Looking ahead: What last year’s healthcare legislation means for CDH in 2020
Published on February 10th, 2020
Last year saw dozens of legislative and regulatory changes that directly impacts consumer-directed healthcare (CDH). From increased tax-advantaged account options to more robust commuter benefits, let’s review some of the proposed or passed healthcare legislation as well as what you can expect in the year ahead.
Health Savings Act
Status: Introduced in the Senate, Jan. 3, 2019; further action is up in the air in an election year
Details: The Health Savings Act aims to allow individuals with Medicare Part A to continue contributing to a health savings account (HSA). Currently, once individuals reach retirement age, in order to receive Medicare and Social Security benefits, they can’t contribute to their HSA.
Impact in 2020: If enacted, approximately 56.5 million more consumers would be eligible to save tax-free dollars in an HSA. In addition, consumers not currently enrolled in an HSA (including those approaching retirement) would have more incentive to do so.
Bonus benefit: The Health Savings Act also proposes changing the name “high-deductible health plan” (HDHP) to “HSA-qualified health plan.” This change in terminology would be a step in the right direction for increasing consumer engagement. Currently, fear around the term “high-deductible” often prevents consumers from selecting an HSA-friendly plan that could save them more money in the long-run.
Improved Transparency and Access to HSAs
Status: Executive Order 13813 was signed June 24, 2019
Details: While most of this order relates to price transparency for hospitals and health systems, it includes a provision that calls for improved guidance on the use of HSAs in combination with HDHPs. A section of the order also calls for expanded access for those with chronic conditions. Effective July 17, the Treasury and the IRS, in consultation with HHS, issued Notice 2019-45, which classified certain medical care services and prescription drugs related to a chronic condition as preventive care for someone with said condition.
In addition, this healthcare legislation called for increased flexible spending account (FSA) funds that can carry over without penalty at the end of the year.
Impact in 2020: For CDH to work, consumers must be financially accountable for their healthcare. With greater transparency, they will have a better understanding of how to use a HDHP and feel empowered to make decisions. Broader access to HSA-friendly plans, plus expanded HSA-eligible items for those with chronic conditions, will allow more consumers to reap the benefits of pre-tax savings. The FSA carryover limit increased to $500 at the end of 2019, and consumers have until March 31, 2020, to use those funds.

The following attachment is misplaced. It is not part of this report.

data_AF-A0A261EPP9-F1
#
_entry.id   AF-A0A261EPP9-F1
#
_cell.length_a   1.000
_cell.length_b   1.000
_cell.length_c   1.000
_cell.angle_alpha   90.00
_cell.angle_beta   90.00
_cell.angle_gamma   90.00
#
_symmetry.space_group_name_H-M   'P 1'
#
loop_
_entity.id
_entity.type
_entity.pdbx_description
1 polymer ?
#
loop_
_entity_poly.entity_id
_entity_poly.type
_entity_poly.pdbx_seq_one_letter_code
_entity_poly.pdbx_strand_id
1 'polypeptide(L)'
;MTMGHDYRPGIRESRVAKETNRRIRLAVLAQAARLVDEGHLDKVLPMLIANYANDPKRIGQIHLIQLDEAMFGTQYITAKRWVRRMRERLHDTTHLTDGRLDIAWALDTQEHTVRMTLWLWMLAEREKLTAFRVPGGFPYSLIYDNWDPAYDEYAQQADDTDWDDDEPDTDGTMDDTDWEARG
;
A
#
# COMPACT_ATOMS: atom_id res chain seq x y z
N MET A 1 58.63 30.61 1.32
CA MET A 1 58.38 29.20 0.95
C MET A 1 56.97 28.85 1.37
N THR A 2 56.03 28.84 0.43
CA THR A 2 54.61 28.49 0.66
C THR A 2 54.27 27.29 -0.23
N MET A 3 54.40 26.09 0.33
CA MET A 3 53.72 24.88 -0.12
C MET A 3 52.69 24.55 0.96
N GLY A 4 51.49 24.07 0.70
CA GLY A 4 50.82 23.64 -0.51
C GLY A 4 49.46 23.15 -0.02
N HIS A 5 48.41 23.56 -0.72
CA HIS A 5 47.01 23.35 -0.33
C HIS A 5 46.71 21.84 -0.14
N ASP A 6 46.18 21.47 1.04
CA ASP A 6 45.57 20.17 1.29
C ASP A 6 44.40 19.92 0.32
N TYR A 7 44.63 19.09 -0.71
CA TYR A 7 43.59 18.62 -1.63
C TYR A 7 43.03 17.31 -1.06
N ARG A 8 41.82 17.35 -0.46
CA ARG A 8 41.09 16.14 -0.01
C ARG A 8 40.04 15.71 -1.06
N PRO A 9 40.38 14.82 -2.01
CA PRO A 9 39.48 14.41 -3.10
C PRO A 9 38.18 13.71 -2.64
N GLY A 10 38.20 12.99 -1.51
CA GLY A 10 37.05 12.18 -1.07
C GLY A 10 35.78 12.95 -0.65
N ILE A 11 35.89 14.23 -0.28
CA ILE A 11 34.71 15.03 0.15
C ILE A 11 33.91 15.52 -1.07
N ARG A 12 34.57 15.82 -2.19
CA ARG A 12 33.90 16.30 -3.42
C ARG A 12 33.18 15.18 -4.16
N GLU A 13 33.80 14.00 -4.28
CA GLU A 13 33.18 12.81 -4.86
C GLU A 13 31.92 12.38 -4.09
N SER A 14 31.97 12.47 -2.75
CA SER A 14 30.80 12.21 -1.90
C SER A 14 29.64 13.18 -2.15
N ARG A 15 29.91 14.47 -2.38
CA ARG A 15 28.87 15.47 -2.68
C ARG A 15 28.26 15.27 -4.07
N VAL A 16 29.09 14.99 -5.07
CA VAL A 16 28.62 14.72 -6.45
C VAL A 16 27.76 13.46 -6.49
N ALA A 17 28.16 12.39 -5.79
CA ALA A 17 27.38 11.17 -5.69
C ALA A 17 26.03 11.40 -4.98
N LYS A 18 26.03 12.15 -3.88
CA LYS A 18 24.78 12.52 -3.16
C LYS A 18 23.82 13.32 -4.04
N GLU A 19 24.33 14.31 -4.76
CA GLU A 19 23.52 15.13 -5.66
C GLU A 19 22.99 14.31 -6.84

Introduction of ICHRAs and EBHRAs
Status: Final ruling June 13, 2019; effective now
Details: The Individual Coverage HRA (ICHRA) and Excepted Benefits HRA (EBHRA) went into effect on Jan. 1, 2020. Under ICHRA, employers of any size that do not offer a group coverage plan can fund an HRA for these employees to buy individual market insurance, including insurance purchased on the public exchanges formed under the ACA. Under EBHRA, businesses can finance an HRA up to $1,800 (pre-tax) in addition to offering a traditional group health plan.
Impact in 2020: These two measures give businesses more options to provide health insurance coverage to their employees. As we see small businesses start to offer these HRAs in 2020, we hope a large employer will come along and set the trend for others to follow. (Read more on ICHRA and EBHRA.)
Expanded Transit Benefits
Status: Measures in New Jersey and Seattle take effect in 2020
Details: Similar to commuter benefits mandates in New York, San Francisco and Washington, D.C., the mandates in New Jersey and Seattle will require businesses with 20 or more employees to offer pre-tax transportation benefits.
Impact in 2020: Both ordinances require the use of benefit programs that already exist, so the biggest impact will likely be an increased focus on transportation benefits within human resources departments, and more consumers saving on their commuting costs. Other metropolitan areas across the country will observe how these mandates play out and may consider adopting similar measures.
Repeal of Cadillac Tax
Status: Enacted and signed, Dec. 20, 2019, as part of the Consolidated Appropriations Act
Details: The Cadillac Tax, a controversial part of the Affordable Care Act (ACA), would have placed a 40 percent excise tax on high-cost employer-sponsored health plans. The tax was originally conceived to discourage the purchase of more benefit-rich health plans that would drive up healthcare costs and to help pay for the expanding benefits under the ACA. It was quick to become viewed as a potential burden for consumers. (Read more here)
Impact in 2020: Although the Cadillac Tax wouldn’t have taken effect until 2022, its repeal will bring relief to employers and benefits administrators who may have started looking this year at less optimal plan options to avoid the penalty. It also gives industry associations, like the Employers Council on Flexible Compensation (ECFC), the opportunity to pivot the focus of their lobbying efforts in Washington in an election year.